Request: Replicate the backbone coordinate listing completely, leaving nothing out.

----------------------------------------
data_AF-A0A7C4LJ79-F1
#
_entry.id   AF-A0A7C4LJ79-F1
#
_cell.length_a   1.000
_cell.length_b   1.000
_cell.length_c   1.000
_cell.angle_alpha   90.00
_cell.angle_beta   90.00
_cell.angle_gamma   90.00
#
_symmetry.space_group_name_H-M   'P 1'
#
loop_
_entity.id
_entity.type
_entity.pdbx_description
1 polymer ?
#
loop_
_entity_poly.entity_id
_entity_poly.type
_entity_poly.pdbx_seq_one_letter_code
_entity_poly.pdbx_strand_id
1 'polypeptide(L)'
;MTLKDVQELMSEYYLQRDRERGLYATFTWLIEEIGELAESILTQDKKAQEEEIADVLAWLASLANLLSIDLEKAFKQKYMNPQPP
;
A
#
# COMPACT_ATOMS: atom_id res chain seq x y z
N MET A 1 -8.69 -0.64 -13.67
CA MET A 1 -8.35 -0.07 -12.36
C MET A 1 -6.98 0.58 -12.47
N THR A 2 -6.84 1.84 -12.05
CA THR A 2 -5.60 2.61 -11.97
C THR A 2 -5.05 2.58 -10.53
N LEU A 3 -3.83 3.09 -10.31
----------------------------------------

data_AF-A0A7C4LJ79-F1
#
_entry.id   AF-A0A7C4LJ79-F1
#
_cell.length_a   1.000
_cell.length_b   1.000
_cell.length_c   1.000
_cell.angle_alpha   90.00
_cell.angle_beta   90.00
_cell.angle_gamma   90.00
#
_symmetry.space_group_name_H-M   'P 1'
#
loop_
_entity.id
_entity.type
_entity.pdbx_description
1 polymer ?
#
loop_
_entity_poly.entity_id
_entity_poly.type
_entity_poly.pdbx_seq_one_letter_code
_entity_poly.pdbx_strand_id
1 'polypeptide(L)'
;MTLKDVQELMSEYYLQRDRERGLYATFTWLIEEIGELAESILTQDKKAQEEEIADVLAWLASLANLLSIDLEKAFKQKYMNPQPP
;
A
#
# COMPACT_ATOMS: atom_id res chain seq x y z
N MET A 1 -8.69 -0.64 -13.67
CA MET A 1 -8.35 -0.07 -12.36
C MET A 1 -6.98 0.58 -12.47
N THR A 2 -6.84 1.84 -12.05
CA THR A 2 -5.60 2.61 -11.97
C THR A 2 -5.05 2.58 -10.53
N LEU A 3 -3.83 3.09 -10.31